Current Projects

Quantitative analysis of interactions between TCF and context transcription factor binding in Wnt target regulation

TCF is the Wnt pathway effector transcription factor, which works with other “context” transcription factors to regulate Wnt target genes. The goal of this project is to analyze endogenous cis-regulatory elements that are regulated by Wnt signaling during C. elegans development, and compliment our findings with studies of synthetic regulatory elements designed and synthesized in the lab. Amanda previously identified ten cis-regulatory elements for 6 different genes that are the targets of Wnt signaling. We are currently working to identify the other transcription factors that act as context inputs for these enhancers. We will evaluate the organization of the different enhancers with regard to binding site number, strength, orientation and spacing of context factor sites and TCF sites, along with predicted nucleosome positioning. We will design synthetic enhancers to probe how each of these properties affects target expression and test the resulting models by measuring the expression driven by endogenous enhancers with targeted mutations.

Funded by R00 GM111825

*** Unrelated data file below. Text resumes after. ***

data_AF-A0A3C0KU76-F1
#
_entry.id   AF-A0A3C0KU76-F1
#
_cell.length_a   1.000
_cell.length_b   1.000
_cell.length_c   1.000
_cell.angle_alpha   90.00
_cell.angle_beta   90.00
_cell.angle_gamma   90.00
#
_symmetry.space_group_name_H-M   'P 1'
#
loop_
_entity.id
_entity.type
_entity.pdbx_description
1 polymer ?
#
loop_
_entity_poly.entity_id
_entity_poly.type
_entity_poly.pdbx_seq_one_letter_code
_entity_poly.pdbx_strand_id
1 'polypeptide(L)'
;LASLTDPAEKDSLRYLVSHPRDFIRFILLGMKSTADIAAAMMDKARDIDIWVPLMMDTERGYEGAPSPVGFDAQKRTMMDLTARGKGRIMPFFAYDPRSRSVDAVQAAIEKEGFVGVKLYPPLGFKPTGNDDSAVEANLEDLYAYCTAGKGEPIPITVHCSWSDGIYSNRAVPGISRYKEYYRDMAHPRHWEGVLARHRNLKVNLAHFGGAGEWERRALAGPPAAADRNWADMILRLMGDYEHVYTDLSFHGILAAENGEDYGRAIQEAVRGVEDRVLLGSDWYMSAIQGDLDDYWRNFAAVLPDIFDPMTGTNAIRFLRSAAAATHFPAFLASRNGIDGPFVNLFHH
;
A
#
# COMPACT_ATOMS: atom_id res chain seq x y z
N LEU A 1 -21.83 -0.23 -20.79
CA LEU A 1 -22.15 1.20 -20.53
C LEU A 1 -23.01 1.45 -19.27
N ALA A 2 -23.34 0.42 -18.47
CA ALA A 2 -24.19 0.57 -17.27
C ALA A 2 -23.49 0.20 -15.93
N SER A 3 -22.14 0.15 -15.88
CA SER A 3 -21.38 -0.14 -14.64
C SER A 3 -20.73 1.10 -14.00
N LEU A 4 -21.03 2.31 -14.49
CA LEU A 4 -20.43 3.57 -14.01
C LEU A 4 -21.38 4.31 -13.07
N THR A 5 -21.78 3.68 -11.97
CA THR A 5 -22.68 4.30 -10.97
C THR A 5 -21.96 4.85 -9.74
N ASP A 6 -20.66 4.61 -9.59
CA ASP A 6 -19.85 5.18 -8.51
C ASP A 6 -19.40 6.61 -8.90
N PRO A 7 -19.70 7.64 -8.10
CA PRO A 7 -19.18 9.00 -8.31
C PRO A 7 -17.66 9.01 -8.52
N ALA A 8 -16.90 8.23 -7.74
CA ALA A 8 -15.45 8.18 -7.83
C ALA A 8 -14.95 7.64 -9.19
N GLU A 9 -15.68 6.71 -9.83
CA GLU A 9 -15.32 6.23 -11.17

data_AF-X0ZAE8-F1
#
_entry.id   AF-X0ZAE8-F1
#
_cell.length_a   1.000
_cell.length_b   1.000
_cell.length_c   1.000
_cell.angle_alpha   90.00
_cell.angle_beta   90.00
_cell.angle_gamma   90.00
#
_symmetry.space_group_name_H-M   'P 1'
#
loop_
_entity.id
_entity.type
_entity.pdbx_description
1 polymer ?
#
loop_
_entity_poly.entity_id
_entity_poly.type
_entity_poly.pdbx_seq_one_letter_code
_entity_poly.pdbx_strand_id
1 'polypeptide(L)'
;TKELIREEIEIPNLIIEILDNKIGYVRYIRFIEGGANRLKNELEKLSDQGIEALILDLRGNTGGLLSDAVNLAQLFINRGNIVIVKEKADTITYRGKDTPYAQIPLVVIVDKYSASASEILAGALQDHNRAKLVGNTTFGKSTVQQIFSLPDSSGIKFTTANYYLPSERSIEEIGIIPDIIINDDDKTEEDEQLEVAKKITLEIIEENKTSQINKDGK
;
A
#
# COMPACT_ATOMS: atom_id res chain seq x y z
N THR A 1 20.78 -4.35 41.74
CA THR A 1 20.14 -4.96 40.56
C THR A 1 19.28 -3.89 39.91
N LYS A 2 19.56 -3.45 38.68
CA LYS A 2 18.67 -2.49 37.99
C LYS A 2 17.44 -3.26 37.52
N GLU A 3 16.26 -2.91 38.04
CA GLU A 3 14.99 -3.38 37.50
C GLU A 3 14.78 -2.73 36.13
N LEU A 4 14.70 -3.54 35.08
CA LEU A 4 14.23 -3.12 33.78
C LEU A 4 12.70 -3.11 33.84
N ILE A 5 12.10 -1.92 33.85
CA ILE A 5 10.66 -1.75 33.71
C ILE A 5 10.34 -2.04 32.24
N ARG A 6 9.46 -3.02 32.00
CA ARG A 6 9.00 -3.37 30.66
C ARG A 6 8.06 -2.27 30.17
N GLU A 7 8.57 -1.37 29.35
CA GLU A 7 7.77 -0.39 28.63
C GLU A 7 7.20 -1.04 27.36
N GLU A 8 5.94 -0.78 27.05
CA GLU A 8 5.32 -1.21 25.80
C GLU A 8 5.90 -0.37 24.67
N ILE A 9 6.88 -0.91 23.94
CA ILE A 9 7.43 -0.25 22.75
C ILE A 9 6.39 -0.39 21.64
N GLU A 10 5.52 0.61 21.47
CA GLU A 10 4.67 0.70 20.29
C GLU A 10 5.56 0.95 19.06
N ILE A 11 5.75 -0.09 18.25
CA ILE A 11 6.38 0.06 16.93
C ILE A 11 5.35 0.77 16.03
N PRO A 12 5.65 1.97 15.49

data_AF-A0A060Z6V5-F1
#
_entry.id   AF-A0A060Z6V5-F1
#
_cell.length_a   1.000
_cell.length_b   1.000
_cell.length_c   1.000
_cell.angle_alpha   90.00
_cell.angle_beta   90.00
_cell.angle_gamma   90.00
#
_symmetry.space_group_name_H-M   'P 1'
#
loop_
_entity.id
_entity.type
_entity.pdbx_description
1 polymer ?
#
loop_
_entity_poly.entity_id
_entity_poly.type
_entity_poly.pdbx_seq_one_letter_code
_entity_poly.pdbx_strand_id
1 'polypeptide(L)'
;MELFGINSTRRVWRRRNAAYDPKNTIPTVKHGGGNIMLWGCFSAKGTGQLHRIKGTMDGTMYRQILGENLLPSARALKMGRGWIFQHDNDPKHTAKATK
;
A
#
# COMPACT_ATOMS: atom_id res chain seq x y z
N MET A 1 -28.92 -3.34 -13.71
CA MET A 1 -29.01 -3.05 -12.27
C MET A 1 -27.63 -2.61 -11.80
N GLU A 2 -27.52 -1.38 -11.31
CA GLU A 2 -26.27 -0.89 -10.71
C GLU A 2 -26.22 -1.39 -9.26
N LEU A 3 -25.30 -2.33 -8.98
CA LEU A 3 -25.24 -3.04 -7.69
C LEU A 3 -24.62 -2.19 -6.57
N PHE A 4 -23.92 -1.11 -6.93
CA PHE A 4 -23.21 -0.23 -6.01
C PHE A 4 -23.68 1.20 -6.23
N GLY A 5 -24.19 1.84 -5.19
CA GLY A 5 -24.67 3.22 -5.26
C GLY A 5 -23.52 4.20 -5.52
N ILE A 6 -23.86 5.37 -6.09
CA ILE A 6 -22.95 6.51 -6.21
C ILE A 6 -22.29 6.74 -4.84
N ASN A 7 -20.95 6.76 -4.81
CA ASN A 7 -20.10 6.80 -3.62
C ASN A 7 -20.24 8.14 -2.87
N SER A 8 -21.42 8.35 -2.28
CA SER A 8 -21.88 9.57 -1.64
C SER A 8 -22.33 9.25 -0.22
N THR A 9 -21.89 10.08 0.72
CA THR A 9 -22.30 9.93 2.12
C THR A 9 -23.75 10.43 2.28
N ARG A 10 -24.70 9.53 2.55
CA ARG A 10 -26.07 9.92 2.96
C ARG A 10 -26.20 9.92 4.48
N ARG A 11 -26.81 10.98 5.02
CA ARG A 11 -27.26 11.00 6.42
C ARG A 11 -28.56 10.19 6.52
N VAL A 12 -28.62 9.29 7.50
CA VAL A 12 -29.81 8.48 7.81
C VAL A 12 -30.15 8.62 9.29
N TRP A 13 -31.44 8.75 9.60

Mechanisms and consequences of Wnt as a transmitotic morphogen

In cells that receive a Wnt signal, β-catenin enters the nucleus where it acts as a co-activator with TCF to activate target genes. The ability to track cells and their daughters throughout development with our model system previously allowed us to uncover a novel phenomenon: Wnt-signaled daughter cells of a cell that previously received a Wnt signal have almost 2-fold more nuclear β-catenin than the Wnt-signaled daughter of a cell that did not receive a Wnt signal (Zacharias et al, 2015). We found this effect becomes more pronounced in later development and affects target gene expression. We normally think of a morphogen as a signal that can activate distinct target genes based on the level or length of the input signal, but in this case Wnt is acting across rounds of mitosis, so we have termed this phenomenon a “transmitotic morphogen”. We plan to investigate how TCF and β-catenin concentrations directly control target gene expression by creating a dimmer switch modulate the nuclear levels of TCF or β-catenin, using a single cell heat shock approach and a quantitative image analysis method called CC-RICS. We are also examining how cis-regulatory elements encode the response to different concentrations of TCF or β-catenin. Finally, we are using a targeted RNAi screen to uncover the mechanism for the transmitotic enrichment of β-catenin.